1. The only point urged on behalf of the appellants in this appeal relates to that part of the decision of the lower Court in which they are directed to put up three perpendicular wooden bars in their window 'X' in the plan, so that one may not peep out of it. That injunction was given because on the finding of the lower appellate Court one can look into the upper storeys of the plaintiffs on both the sides and that those storeys were used for sitting and sleeping purposes. This finding is made because of the custom of privacy which is found to be prevailing in Gujarat and judicially recognised by authorities since a very long time. The finding is attacked on behalf of the appellants on the ground that the previous decisions relating to the right of privacy were given in cases coming from the districts of Broach, Surat and Ahmedabad, but that there was no judicial decision which lays down that the custom of privacy prevails in the district of Kaira in Gujarat from which this case comes. The principal argument is that although the decision in Mdnishankar Hmgovmi v. Trikam Narsi et al (1867) 5 B.H.C.R. 42 which has been subsequently followed, lays down that the right of privacy prevails in Gujarat, it related to a house in the district of Broach and there was nothing to show in that case that the right of privacy was proved to have existed in the whole of Gujarat. It is true that the case came from the district of Broach, but the observations in the judgment that the usage existed in the whole of Gujarat are based upon several decisions relating to the right of privacy in different parts of Gujarat. The series of decisions there referred to as coming from Gujarat are Rughoonath Oodhowjee v. Shureef Moohwmmud and Suyud Umjud (1819) 1 Bom. 272 Jacob Johannes V. Shekh Ahmud Noor-ood-deen (1811) 1 Borr. 422Veerchand Deepchand v. Raichund Panachund (1860) 7 Harington 212, Sped Imambuksh v. Gugul Purbhoodas (1860) 9 Harington 274, and Kashidas Runchhod v. Jumnadas Jetabhai (1863) S. A. 278 of 1863. Both the cases of Rukhoo-nath Oodhowjee and Jacob Johannes were from Surat, the case of Veerchand Deepchand was from Ahmedabad, so also the case of Syed Imambuksh and the case of Kalidas Runchhod were from Nadiad, i.e. the district of Kaira, All these districts comprise what is known as Gujarat, and it was therefore observed in Manishankar's case that the custom of privacy had been proved as existing in Gujarat. This decision is given in 1867 and even at that time it was observed that the rulings of the Sudder Court and the High Court were founded on the long established usage of the province so that as early as 1867 it was held that the right of privacy had been long since established in Gujarat. In fact the case of Rughoonath Oodhowjee was decided in 1811. The decision in Manishankar's case was followed in Kuverji Premchand et al v. Bai Javer (1869) 6 B.H.C.R (A.C.J.) which was from Ahmedabad. Thereafter in Keshav Harkha V. Ganpat Hirackand (1871) 8 B.H.C.R. 87, which came from Ahmedabad, the decision in Manishankar's case was explained as applying not to an open court-yard outside the house, but to those particular apartments which are ordinarily secluded from observation-Then there was the decision in Nathwbhai v. Chhaganlal (1900) 2 Bora. L.R. 454 which was a case from Ahmedabad, to the effect that the right of privacy has been recognized in Gujarat. In Mulia Bhana v. Sunder Dana : (1913)15BOMLR876 , which was also a case from Ahmedabad, this Court threw some doubt on the decision in Manishankar's case on the ground that the proposition laid down there did not necessarily follow from previous decisions. But the point considered was not whether the custom which has been held as proved in Broach and Surat should be extended to other places in Gujarat, but whether it applied to an open court-yard or a khadki or was restricted to particular apartments secluded from observation. The finding of the lower Court was that the window opened by the defendant abutted on a khadki or a court-yard and it was observed that the plaintiff would not have been entitled to the relief of injunction on the ground that the window did not overlook any private apartment of the plaintiff. But the appeal was decided on the ground that there was an agreement between the parties that the window should not be opened and that it was on that ground that the injunction was granted against the defendant. This decision therefore does not overrule the previous decision that the right of privacy had been judicially recognized as existing in Gujarat. Thereafter the right of privacy again came before this Court in Maneklal v. Mahanlal (1919) 22 Bom. L.R. 226, which; was a case from Ahmedabad, and this Court did rely upon Manishankar's case for the proposition that the right of privacy exists in Gujarat. The decision of the lower Court which granted an injunction against the defendant on the ground of invasion of the plaintiff's right of privacy was confirmed. It is clear therefore that our High Court has now definitely recognised that the right of privacy exists not merely in some parts of Gujarat but in the whole of Gujarat.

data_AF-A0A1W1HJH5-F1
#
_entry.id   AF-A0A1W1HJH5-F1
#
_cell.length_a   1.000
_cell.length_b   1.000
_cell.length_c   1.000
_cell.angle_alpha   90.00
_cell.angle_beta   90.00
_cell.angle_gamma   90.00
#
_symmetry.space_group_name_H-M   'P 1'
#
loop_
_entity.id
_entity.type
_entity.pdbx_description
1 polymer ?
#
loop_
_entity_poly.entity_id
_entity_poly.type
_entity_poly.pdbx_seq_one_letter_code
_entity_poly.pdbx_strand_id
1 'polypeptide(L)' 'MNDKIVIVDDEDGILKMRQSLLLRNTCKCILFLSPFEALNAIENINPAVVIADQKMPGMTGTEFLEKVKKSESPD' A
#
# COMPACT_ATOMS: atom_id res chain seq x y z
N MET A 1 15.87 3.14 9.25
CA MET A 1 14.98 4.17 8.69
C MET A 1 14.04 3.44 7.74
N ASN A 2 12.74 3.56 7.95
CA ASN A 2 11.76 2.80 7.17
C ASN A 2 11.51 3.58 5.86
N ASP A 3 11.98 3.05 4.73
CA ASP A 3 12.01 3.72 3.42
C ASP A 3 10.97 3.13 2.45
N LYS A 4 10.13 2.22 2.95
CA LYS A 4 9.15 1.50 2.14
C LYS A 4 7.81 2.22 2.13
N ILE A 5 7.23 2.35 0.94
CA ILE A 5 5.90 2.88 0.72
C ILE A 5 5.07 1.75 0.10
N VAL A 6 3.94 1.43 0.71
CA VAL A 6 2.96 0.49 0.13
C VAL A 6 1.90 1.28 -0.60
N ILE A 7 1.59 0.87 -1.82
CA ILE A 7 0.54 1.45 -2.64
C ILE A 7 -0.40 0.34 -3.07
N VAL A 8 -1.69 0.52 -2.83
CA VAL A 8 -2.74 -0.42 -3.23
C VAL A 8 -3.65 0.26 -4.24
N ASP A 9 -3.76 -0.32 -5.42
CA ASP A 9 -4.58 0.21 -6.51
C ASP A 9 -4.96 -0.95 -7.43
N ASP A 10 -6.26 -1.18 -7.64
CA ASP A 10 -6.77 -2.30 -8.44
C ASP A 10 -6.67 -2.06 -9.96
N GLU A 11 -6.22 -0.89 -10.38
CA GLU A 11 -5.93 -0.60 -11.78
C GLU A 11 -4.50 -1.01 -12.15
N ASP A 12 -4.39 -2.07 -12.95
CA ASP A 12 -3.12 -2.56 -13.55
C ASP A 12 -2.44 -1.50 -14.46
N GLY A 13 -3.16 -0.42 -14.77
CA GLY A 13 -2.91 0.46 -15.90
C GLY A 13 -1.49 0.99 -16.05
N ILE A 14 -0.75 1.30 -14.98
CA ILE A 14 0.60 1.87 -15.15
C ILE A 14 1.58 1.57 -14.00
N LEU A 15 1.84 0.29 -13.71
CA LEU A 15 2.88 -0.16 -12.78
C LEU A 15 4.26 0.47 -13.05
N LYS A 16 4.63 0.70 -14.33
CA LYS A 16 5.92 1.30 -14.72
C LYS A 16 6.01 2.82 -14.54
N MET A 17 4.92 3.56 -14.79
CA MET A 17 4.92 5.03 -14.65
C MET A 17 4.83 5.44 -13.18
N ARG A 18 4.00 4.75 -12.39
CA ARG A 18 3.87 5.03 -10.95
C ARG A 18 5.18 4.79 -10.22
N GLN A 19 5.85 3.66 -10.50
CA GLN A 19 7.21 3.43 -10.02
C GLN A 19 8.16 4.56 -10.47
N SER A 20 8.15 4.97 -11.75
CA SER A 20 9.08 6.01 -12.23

2. Mr. Desai, on behalf of the appellants, however, contends that the latest full bench decision reported in Dashrathlal Chkaganlal v. Bai Dhondubai (1940) 43 Bom. L.R. 581, F.B. throws doubt on the proposition that the right should be recognized as prevailing in the whole of Gujarat. This full bench decision did not relate to the right of privacy in Gujarat but to the custom: of pre-emption. The question there was whether, if the custom was judicially recognized as existing in the city of Ahmedabad, it should be held that it existed in that area which was known as the city of Ahmedabad as it stood at the time when the custom began or that it should be recognized as existing in the whole of the area which is now known as the city of Ahmedabad. But it was not necessary to decide that point in view of the fact that the suit lands there were situated within the city walls of Ahmedabad and that therefore in any case the custom of preemption would apply to those lands provided they were free-hold lands. The actual decision was that as the lands were leasehold the right of pre-emption did not apply to them. I do not see how that decision helps the appellants in the present case. It seems to have been relied on by the appellants by way of analogy, but even so it was taken for granted that the right of pre-emption did exist in the city of Ahmedabad. In the case of custom of privacy the decisions are that the right of privacy does exist in the whole of Gujarat and there is no question here as to whether the district of Kaira can be regarded as a part of Gujarat. It is and it always was an integral part of the province of Gujarat from the earliest times, and I think it is now too late to contend that the right of privacy should be held as recognized only in those towns from which the previous decisions came and that it should not be extended to other parts of Gujarat. As I have pointed out above, Kashidas Runchhod V, Jumna-das Jetabhai, which is referred to in Mmishankar's case, came from the district of Kaira from which the present case also comes. Therefore on that ground also it cannot be said that the right of privacy would not apply to the present case. I think that the decision of the lower appellate Court is correct.
3. The point urged by way of cross-objections on behalf of the respondents is that the direction given by the lower appellate Court that the horizontal bamboo which has been existing below the roof of the defendants and above their window ' X' should be allowed to remain. Both Courts have held that this bamboo is hung by means of wires and is hanging below the projecting part of the defendants' roof. That bamboo overhangs the chowk which is the exclusive property of the plaintiffs. The finding, however, is that this bamboo has existed since very old time and the lower Courts have given certain directions that although the bamboo should remain the defendants should not hang their clothes on it in such a manner as to touch the passersby or to drop water therefrom. Presumably the finding of the lower Court is that it is a right of easement which has been acquired by the defendants, I do not think that I can interfere with that finding. The appeal and the cross-objections are therefore dismissed with costs.